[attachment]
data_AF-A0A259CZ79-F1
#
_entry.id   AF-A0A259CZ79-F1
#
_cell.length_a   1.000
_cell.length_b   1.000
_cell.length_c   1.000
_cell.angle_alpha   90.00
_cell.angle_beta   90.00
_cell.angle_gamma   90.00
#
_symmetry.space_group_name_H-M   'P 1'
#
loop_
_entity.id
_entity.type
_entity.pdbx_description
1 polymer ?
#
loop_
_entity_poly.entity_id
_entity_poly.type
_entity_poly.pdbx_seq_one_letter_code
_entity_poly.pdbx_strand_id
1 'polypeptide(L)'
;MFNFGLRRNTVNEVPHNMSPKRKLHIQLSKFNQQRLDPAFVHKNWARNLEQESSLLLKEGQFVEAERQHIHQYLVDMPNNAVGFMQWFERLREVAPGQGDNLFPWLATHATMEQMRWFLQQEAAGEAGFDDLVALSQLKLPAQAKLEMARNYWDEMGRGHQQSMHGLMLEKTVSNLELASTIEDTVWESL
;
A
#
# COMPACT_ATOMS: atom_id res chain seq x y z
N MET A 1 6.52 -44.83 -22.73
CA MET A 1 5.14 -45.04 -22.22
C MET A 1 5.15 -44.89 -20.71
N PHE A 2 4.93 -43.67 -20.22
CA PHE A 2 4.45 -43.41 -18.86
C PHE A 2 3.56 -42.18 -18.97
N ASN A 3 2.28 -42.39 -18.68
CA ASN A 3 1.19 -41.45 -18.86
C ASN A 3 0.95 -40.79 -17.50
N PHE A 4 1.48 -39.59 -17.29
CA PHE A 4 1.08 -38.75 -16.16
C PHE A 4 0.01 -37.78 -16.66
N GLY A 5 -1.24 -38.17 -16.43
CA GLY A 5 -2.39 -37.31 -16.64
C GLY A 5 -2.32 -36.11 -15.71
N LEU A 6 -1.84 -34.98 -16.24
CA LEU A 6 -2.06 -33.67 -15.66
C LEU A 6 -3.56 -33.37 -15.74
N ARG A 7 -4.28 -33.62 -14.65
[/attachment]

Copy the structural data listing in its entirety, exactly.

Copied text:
data_AF-A0A259CZ79-F1
#
_entry.id   AF-A0A259CZ79-F1
#
_cell.length_a   1.000
_cell.length_b   1.000
_cell.length_c   1.000
_cell.angle_alpha   90.00
_cell.angle_beta   90.00
_cell.angle_gamma   90.00
#
_symmetry.space_group_name_H-M   'P 1'
#
loop_
_entity.id
_entity.type
_entity.pdbx_description
1 polymer ?
#
loop_
_entity_poly.entity_id
_entity_poly.type
_entity_poly.pdbx_seq_one_letter_code
_entity_poly.pdbx_strand_id
1 'polypeptide(L)'
;MFNFGLRRNTVNEVPHNMSPKRKLHIQLSKFNQQRLDPAFVHKNWARNLEQESSLLLKEGQFVEAERQHIHQYLVDMPNNAVGFMQWFERLREVAPGQGDNLFPWLATHATMEQMRWFLQQEAAGEAGFDDLVALSQLKLPAQAKLEMARNYWDEMGRGHQQSMHGLMLEKTVSNLELASTIEDTVWESL
;
A
#
# COMPACT_ATOMS: atom_id res chain seq x y z
N MET A 1 6.52 -44.83 -22.73
CA MET A 1 5.14 -45.04 -22.22
C MET A 1 5.15 -44.89 -20.71
N PHE A 2 4.93 -43.67 -20.22
CA PHE A 2 4.45 -43.41 -18.86
C PHE A 2 3.56 -42.18 -18.97
N ASN A 3 2.28 -42.39 -18.68
CA ASN A 3 1.19 -41.45 -18.86
C ASN A 3 0.95 -40.79 -17.50
N PHE A 4 1.48 -39.59 -17.29
CA PHE A 4 1.08 -38.75 -16.16
C PHE A 4 0.01 -37.78 -16.66
N GLY A 5 -1.24 -38.17 -16.43
CA GLY A 5 -2.39 -37.31 -16.64
C GLY A 5 -2.32 -36.11 -15.71
N LEU A 6 -1.84 -34.98 -16.24
CA LEU A 6 -2.06 -33.67 -15.66
C LEU A 6 -3.56 -33.37 -15.74
N ARG A 7 -4.28 -33.62 -14.65